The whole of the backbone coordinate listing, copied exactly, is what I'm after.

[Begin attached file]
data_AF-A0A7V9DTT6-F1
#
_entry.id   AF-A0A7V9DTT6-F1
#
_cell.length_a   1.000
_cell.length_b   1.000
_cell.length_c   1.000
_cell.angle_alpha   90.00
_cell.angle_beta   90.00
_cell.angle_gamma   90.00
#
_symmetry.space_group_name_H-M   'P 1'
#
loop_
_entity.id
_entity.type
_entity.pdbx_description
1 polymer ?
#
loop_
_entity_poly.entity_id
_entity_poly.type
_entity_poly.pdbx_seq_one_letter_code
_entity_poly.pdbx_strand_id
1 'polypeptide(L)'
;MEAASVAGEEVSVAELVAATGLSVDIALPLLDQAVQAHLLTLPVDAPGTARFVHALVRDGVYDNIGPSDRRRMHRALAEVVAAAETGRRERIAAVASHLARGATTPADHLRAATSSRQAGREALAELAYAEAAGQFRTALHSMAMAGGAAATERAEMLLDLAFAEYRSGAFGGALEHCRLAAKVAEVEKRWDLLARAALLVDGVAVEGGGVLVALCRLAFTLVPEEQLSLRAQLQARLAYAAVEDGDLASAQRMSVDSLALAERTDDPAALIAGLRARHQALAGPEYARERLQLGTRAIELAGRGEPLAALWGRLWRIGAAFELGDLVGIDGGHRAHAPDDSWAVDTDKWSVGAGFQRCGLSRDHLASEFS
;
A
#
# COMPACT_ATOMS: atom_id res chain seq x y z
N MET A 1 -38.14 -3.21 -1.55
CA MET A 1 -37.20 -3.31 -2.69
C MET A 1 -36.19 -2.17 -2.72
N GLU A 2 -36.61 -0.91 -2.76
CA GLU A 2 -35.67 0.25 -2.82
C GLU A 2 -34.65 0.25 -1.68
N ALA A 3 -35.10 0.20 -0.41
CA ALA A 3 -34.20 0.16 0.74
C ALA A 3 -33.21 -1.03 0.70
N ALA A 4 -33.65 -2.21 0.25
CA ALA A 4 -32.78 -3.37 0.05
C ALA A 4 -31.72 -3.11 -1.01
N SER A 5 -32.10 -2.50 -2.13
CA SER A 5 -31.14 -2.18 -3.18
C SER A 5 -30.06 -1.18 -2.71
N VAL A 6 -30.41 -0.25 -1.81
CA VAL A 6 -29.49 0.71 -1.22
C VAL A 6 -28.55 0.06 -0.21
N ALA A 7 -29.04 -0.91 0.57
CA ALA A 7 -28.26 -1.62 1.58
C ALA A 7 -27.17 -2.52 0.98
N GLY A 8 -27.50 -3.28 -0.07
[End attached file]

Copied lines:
data_AF-A0A7V9DTT6-F1
#
_entry.id   AF-A0A7V9DTT6-F1
#
_cell.length_a   1.000
_cell.length_b   1.000
_cell.length_c   1.000
_cell.angle_alpha   90.00
_cell.angle_beta   90.00
_cell.angle_gamma   90.00
#
_symmetry.space_group_name_H-M   'P 1'
#
loop_
_entity.id
_entity.type
_entity.pdbx_description
1 polymer ?
#
loop_
_entity_poly.entity_id
_entity_poly.type
_entity_poly.pdbx_seq_one_letter_code
_entity_poly.pdbx_strand_id
1 'polypeptide(L)'
;MEAASVAGEEVSVAELVAATGLSVDIALPLLDQAVQAHLLTLPVDAPGTARFVHALVRDGVYDNIGPSDRRRMHRALAEVVAAAETGRRERIAAVASHLARGATTPADHLRAATSSRQAGREALAELAYAEAAGQFRTALHSMAMAGGAAATERAEMLLDLAFAEYRSGAFGGALEHCRLAAKVAEVEKRWDLLARAALLVDGVAVEGGGVLVALCRLAFTLVPEEQLSLRAQLQARLAYAAVEDGDLASAQRMSVDSLALAERTDDPAALIAGLRARHQALAGPEYARERLQLGTRAIELAGRGEPLAALWGRLWRIGAAFELGDLVGIDGGHRAHAPDDSWAVDTDKWSVGAGFQRCGLSRDHLASEFS
;
A
#
# COMPACT_ATOMS: atom_id res chain seq x y z
N MET A 1 -38.14 -3.21 -1.55
CA MET A 1 -37.20 -3.31 -2.69
C MET A 1 -36.19 -2.17 -2.72
N GLU A 2 -36.61 -0.91 -2.76
CA GLU A 2 -35.67 0.25 -2.82
C GLU A 2 -34.65 0.25 -1.68
N ALA A 3 -35.10 0.20 -0.41
CA ALA A 3 -34.20 0.16 0.74
C ALA A 3 -33.21 -1.03 0.70
N ALA A 4 -33.65 -2.21 0.25
CA ALA A 4 -32.78 -3.37 0.05
C ALA A 4 -31.72 -3.11 -1.01
N SER A 5 -32.10 -2.50 -2.13
CA SER A 5 -31.14 -2.18 -3.18
C SER A 5 -30.06 -1.18 -2.71
N VAL A 6 -30.41 -0.25 -1.81
CA VAL A 6 -29.49 0.71 -1.22
C VAL A 6 -28.55 0.06 -0.21
N ALA A 7 -29.04 -0.91 0.57
CA ALA A 7 -28.26 -1.62 1.58
C ALA A 7 -27.17 -2.52 0.98
N GLY A 8 -27.50 -3.28 -0.07